Bishop establishes Spanish marriage tribunal

By Paul Madrid
Special Correspondent

Bishop Joe Vásquez recently established a Spanish section of the diocesan marriage tribunal, which is one of the first tribunals in the country equipped to handle annulment cases entirely in Spanish without the use of translators.
Father Christopher Ferrer, who is in charge of the diocesan Office of Canonical & Tribunal Services, sees the practical need for the new section. 
“Annulment cases involving Spanish-speaking parties have increased substantially over the last few years,” Father Ferrer said. “Our past setup did allow Spanish-speaking faithful to submit documents and testimony in their native language, but we used translators to translate all of the evidence into English. We also issued the decisions only in the English language.”
The annulment process is detailed and generally takes several months to complete. The process begins at the parish level. A person sets up an appointment with one of the local clergy or parish staff, who goes over the history of the marriage with the person, helps the person find the witnesses and documents needed for the process, and acts as the person’s advocate with the tribunal. Once the tribunal receives the case from the parish advocate, the formal process begins with the tribunal contacting the other party to the marriage, giving them the opportunity to suggest witnesses and evidence either in support of nullity or against nullity. The tribunal then investigates, contacting the witnesses for their statements, and then, after reviewing the evidence, the judges reach a decision on whether the marriage is valid or not. 
Father Ferrer explained the Spanish translation of all of this information often added more delays to a process that can be time consuming. This additional delay was one only Spanish speakers had to endure. 
“After receiving the directive from Bishop Vásquez, we assessed the language skills of our canonists and staff and made an effort to hire additional bilingual support staff to make a Spanish section possible,” he said. “The tribunal is now arranged such that translation is no longer necessary. The judges on these cases review evidence in Spanish, hear the arguments of Spanish-speaking advocates, and write their decisions in Spanish so that the parties and advocates can understand them without translation. This will help us reach decisions in these cases at the same pace that we handle English cases.”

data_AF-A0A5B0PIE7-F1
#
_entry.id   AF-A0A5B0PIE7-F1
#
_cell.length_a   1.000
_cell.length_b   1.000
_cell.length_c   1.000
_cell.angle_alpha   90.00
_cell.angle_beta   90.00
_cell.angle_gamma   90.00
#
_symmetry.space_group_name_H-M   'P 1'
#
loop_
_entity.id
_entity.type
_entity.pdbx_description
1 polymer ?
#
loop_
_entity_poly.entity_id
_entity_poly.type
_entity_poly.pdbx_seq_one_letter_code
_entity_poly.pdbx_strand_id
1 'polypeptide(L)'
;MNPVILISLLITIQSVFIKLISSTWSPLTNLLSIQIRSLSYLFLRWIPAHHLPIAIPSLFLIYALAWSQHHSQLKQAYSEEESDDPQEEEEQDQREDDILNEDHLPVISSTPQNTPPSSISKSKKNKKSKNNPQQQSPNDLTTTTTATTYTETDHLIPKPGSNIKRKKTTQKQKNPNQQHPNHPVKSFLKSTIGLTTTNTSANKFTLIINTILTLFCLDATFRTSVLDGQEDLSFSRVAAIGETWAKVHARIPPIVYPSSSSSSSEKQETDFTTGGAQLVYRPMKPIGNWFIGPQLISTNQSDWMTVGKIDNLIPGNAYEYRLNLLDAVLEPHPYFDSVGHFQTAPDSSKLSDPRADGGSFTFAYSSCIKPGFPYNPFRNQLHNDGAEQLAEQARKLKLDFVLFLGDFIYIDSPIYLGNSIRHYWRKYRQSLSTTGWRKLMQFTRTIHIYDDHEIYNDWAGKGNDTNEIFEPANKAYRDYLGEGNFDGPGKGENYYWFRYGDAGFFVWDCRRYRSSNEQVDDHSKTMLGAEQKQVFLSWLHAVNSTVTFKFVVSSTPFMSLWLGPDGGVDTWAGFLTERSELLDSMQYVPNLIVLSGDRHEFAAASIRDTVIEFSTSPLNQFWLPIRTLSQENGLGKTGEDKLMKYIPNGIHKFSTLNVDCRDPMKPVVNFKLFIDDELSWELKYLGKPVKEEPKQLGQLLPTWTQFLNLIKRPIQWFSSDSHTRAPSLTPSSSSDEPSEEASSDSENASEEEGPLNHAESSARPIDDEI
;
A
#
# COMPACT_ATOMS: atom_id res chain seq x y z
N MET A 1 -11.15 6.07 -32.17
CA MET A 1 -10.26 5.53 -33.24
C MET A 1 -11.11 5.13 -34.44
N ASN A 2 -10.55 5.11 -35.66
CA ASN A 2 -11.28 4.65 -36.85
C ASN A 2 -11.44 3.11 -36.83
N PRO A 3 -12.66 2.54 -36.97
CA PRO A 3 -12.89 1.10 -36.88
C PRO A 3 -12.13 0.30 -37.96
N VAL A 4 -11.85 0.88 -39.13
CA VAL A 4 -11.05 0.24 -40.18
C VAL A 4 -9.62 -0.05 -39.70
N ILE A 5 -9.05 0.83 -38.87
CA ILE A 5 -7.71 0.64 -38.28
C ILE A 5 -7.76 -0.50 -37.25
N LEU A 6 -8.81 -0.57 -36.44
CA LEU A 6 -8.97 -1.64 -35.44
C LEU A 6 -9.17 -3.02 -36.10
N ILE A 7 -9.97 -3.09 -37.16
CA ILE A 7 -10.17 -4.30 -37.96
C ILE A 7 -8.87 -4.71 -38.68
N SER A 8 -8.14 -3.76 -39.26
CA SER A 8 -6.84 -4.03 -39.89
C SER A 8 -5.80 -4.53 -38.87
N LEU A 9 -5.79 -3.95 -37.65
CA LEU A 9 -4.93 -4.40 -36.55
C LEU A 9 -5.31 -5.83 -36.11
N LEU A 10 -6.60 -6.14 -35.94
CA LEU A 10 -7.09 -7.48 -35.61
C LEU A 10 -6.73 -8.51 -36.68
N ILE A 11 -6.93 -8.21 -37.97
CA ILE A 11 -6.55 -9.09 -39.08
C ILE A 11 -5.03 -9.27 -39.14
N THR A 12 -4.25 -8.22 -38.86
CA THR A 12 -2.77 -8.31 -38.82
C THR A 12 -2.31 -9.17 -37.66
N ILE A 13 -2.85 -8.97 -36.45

Bishop Vásquez explained that while efficiency is an important motivator for creating the Spanish tribunal, it was not the only one. 
“Pope Francis has consistently asked the church to find ways to reach out to individuals at the peripheries of civil and ecclesial society,” the bishop said, “and the faithful that find themselves estranged from the Gospel’s message concerning matrimony deserve the church’s special attention, even more so when they are a part of a vulnerable community. That is one reason why I decided to eliminate the language barrier for a vulnerable part of an already vulnerable community.” 
Bishop Vásquez also noted that recently Pope Francis reformed the marriage nullity procedures to remove  many physical and moral barriers that prevented estranged faithful from seeking the church’s help for healing and support. 
“This served as a good reminder for me that the church needs to be adaptable in its juridical structures to fulfill its supreme law: the salvation of souls,” the bishop said.
In addition, Bishop Vásquez noted that the process for the V (Fifth) Encuentro, the initiative of the U.S. bishops on ministry to Hispanics, has recently begun, and this encouraged him to take this step now in the Diocese of Austin. 
“Through the V Encuentro, the U.S. bishops are discerning ways to reach out to Hispanics who find themselves estranged from the life and vision of the church. Making it easier for Spanish-speaking faithful to approach the tribunal in their native language is just one way that the diocese is responding to the increased Hispanic presence in our local church. The Spanish tribunal initiative is not just about deciding annulments faster; it is also about welcoming Spanish speakers to our community and making them feel that the Catholic Church in Austin is truly their home.”